Prosecutors urge 40-50 years for crypto fraudster Bankman-Fried

The tech entrepreneur was found guilty of seven charges, including fraud and money laundering, late last year.

(AFP - VOZ MEDIA) U.S. prosecutors are seeking a sentence of 40 to 50 years in prison for cryptocurrency magnate Sam Bankman-Fried for a massive fraud scheme that cost his clients $8 billion, according to court documents released this Friday.

The founder and president of the cryptocurrency exchange platform FTX will be sentenced on March 28, after being found guilty in early November of seven charges including fraud, conspiracy and money laundering.

"A sentence of 40 to 50 years' imprisonment... is necessary to reflect the seriousness of the defendant's crimes," the prosecution argued.

Bankman-Fried "perpetrated one of the biggest financial frauds in American history," prosecutor Damian Williams said after the November verdict.

The case against Bankman-Fried

A graduate of the Massachusetts Institute of Technology (MIT) and a billionaire before the age of 30, Bankman-Fried conquered the world of cryptocurrency at breakneck speed, turning FTX, a small start-up that he co-founded in 2019, into the second largest cryptocurrency exchange platform in the world .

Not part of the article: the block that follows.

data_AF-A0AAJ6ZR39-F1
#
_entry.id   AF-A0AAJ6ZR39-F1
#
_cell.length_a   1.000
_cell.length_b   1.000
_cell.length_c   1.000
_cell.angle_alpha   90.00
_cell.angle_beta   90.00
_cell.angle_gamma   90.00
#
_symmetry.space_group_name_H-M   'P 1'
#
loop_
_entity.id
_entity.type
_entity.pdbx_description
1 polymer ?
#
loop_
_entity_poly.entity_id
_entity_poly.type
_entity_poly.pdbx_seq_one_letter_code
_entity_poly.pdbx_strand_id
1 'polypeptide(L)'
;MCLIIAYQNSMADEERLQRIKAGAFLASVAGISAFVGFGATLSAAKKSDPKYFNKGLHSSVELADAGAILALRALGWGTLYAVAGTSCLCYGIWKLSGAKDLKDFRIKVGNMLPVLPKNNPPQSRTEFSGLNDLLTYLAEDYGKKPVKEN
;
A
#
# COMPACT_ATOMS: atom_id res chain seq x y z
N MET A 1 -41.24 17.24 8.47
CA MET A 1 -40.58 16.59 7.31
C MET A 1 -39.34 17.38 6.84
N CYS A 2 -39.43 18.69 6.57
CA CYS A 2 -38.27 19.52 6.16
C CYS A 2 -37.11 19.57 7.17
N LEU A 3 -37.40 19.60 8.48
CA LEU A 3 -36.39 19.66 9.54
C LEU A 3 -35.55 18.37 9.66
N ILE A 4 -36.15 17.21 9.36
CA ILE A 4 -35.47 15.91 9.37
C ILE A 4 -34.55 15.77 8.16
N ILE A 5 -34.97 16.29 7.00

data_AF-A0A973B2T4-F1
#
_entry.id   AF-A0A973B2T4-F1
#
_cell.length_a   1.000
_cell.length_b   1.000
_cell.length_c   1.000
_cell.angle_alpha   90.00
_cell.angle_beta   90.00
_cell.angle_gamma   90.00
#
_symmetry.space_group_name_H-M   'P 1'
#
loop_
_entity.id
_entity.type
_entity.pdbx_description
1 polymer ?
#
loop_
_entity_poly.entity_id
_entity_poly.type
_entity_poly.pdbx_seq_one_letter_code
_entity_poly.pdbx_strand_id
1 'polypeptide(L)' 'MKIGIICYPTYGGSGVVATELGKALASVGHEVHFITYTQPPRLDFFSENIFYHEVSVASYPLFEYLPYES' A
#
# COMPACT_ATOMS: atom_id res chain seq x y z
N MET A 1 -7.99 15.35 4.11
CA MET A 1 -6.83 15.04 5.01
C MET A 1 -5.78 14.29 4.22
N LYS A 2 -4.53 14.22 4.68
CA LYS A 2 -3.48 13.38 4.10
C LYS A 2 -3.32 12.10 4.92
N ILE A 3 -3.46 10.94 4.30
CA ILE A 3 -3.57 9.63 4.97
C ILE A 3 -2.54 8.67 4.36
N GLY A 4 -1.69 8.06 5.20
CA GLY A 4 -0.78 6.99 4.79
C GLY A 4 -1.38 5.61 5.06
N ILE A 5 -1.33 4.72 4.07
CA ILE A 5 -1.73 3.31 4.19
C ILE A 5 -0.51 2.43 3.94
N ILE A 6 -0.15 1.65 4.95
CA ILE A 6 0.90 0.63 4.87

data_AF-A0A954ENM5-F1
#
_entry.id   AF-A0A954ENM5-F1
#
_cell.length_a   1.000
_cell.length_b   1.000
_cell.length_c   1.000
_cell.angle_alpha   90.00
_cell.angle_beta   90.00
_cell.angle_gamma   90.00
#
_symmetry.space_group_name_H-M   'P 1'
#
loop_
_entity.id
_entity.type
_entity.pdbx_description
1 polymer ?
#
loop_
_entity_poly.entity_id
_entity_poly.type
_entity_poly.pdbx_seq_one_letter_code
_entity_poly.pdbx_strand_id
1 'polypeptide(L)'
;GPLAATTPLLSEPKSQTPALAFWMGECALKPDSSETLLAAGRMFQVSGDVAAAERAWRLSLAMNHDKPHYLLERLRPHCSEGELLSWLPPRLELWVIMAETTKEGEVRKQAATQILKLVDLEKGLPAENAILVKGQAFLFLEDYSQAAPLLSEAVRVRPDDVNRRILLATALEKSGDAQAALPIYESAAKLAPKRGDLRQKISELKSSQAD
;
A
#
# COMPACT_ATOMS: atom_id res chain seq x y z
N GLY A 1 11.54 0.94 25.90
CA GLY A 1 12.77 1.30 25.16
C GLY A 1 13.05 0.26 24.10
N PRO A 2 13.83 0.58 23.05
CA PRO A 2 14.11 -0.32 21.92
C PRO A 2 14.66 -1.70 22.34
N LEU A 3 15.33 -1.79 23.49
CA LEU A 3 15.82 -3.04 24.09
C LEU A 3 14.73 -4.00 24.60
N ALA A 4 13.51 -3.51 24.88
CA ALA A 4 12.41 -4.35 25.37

But in November 2022, the FTX empire imploded, unable to cope with massive withdrawal requests from customers terrified when they learned that part of the funds deposited with the company had been compromised in risk operations at the Bankman-Fried hedge fund, Alameda Research.

Some former FTX executives very close to Bankman-Fried, who agreed to collaborate with the prosecution, declared during the trial that he was key in all the decisions that made $8 billion worth of their platform disappear.

The trial's star witness, Caroline Ellison, former Alameda CEO and Bankman-Fried's on-again, off-again girlfriend, testified at trial that they had stolen "around $14 billion" from FTX clients for finance venture capital operations and political contributions, as well as ostentatious real estate in the Bahamas.

During the trial, Bankman-Fried admitted to making "mistakes" but denied trying to defraud anyone.